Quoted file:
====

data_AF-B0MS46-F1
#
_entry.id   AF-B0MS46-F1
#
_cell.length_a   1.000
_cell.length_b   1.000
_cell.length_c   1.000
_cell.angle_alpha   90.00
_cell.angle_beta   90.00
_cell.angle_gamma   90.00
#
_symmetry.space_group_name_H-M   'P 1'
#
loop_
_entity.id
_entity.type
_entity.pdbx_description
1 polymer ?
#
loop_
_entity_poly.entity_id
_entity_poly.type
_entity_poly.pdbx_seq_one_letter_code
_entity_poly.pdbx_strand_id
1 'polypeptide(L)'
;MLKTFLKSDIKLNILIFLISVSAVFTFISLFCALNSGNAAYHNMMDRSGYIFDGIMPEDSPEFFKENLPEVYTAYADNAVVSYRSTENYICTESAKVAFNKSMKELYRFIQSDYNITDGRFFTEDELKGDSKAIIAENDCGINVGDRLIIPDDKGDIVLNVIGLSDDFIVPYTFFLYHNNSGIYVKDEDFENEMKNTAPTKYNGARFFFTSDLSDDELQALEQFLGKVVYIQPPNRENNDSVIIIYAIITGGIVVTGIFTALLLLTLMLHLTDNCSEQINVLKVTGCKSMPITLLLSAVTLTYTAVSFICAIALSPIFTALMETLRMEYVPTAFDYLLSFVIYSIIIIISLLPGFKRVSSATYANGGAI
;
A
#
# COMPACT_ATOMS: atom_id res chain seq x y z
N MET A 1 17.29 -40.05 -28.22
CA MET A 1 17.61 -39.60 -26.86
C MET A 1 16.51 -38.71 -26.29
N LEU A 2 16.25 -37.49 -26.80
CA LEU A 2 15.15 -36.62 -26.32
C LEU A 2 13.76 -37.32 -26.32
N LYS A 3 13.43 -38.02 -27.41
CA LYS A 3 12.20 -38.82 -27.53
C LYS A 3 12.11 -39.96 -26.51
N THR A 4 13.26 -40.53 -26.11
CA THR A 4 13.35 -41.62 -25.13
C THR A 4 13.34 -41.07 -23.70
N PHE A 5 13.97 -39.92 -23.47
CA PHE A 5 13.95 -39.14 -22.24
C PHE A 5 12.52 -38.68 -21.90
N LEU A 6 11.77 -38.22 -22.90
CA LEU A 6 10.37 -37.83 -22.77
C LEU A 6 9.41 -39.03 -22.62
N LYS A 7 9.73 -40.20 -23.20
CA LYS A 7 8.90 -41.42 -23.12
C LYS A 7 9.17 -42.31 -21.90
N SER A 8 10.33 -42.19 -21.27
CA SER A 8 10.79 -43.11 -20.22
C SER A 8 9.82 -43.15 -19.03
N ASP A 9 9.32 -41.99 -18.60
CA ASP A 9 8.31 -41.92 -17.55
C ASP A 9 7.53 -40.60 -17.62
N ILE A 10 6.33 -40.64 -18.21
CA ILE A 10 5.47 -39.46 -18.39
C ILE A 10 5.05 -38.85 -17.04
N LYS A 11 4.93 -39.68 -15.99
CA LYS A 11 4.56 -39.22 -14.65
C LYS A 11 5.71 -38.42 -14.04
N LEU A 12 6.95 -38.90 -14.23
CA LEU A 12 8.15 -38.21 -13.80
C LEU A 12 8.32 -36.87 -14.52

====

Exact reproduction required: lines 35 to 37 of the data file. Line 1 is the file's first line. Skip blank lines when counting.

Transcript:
CA LEU A 2 15.15 -36.62 -26.32
C LEU A 2 13.76 -37.32 -26.32
N LYS A 3 13.43 -38.02 -27.41